You know, putting your rates up would mean the work you’re currently doing would be more rewarding, literally, but it would also buy you the freedom to do other stuff. It’s a win win.
[00:13:41] – Steve
Charging more will also mean you don’t perhaps need so many. You could just have, let’s say, for argument’s sake, one a month instead of three a month. And then that means you have more time to work on the other stuff, and find the other stuff, or create things that bring you the other stuff. And you could consider keeping that work but hiring someone else to do it for you. You’re charging more in general not just to give to that person to do the work, but also for your business to keep it, plus also your financial cushion so that your business survives.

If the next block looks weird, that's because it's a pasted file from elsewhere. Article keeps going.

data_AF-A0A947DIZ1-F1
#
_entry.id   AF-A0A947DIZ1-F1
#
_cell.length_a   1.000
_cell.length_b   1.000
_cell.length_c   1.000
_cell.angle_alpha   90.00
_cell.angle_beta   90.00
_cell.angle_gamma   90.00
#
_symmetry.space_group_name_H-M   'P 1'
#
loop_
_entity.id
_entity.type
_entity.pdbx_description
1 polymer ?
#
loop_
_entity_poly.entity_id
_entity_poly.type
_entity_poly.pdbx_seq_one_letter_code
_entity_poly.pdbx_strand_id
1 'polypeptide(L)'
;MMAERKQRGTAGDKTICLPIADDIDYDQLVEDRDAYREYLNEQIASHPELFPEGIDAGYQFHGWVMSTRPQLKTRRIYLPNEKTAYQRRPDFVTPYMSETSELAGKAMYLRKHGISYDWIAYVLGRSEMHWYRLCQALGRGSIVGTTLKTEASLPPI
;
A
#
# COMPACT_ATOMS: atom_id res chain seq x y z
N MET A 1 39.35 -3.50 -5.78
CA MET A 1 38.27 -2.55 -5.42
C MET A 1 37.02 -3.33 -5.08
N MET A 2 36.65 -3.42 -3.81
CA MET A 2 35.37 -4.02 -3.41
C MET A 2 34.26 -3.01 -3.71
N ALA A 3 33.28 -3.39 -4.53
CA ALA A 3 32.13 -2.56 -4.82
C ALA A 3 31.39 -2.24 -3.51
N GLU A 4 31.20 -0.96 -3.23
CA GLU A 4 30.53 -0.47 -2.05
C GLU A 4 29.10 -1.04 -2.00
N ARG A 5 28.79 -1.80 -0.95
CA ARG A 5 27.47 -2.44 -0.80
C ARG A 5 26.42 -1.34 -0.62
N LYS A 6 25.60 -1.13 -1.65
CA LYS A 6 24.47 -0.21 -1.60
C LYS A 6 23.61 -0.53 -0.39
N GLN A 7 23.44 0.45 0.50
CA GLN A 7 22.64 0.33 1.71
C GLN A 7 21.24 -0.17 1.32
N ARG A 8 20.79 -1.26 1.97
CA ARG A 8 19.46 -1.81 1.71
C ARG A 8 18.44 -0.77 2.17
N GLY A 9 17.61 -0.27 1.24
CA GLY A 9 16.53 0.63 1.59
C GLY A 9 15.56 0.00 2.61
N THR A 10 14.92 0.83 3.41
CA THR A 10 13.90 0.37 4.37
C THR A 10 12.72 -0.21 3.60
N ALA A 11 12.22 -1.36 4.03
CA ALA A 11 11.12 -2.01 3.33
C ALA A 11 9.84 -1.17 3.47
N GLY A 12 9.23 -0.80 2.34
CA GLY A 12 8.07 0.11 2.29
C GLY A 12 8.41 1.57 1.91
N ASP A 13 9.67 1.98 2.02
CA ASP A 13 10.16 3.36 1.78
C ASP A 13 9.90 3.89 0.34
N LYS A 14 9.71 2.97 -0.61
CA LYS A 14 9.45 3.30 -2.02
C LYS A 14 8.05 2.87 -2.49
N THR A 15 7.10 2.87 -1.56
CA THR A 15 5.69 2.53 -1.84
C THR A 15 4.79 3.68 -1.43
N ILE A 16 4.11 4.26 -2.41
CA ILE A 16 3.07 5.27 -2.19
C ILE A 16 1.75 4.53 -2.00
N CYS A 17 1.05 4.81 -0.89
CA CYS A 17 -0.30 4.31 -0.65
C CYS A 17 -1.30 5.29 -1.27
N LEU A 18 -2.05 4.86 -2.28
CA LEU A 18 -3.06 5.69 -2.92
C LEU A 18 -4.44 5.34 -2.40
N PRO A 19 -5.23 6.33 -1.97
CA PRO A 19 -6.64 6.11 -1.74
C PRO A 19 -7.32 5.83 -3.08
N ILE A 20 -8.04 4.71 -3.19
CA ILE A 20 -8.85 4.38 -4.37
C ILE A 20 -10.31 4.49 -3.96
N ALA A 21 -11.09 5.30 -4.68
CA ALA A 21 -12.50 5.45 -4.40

Also pointing out to people, “Hey, it was great working with you on that blah, blah, build. Do you need anything like this?” Like, pointing out the other things you do. “I could design this, I can design that. Did you know I can do that? Because I can. You know that it’s great working with me. Do you know anybody who might need any of these things?”
[00:14:44] – Frankie
Such a good point. If you are going to start saying no, as part of that communication you should be saying what you are saying yes to. That email or conversation or whatever is like, “Really sorry, I don’t do that anymore. I’m steering more towards these sorts of things. Here’s my new portfolio website that you can check out.” Don’t burn all your bridges by saying “No, see you later!” (Unless you hated them already and wanted to get rid). But yeah, use that network, use your clients that already like you and what you’ve done for them and get them to flog your new direction.
[00:15:10] – Steve
Yeah, because she doesn’t mention not liking the clients, it’s the work she doesn’t like. So presuming you like those clients and they might give you similar good quality clients then yeah, that’s worth doing.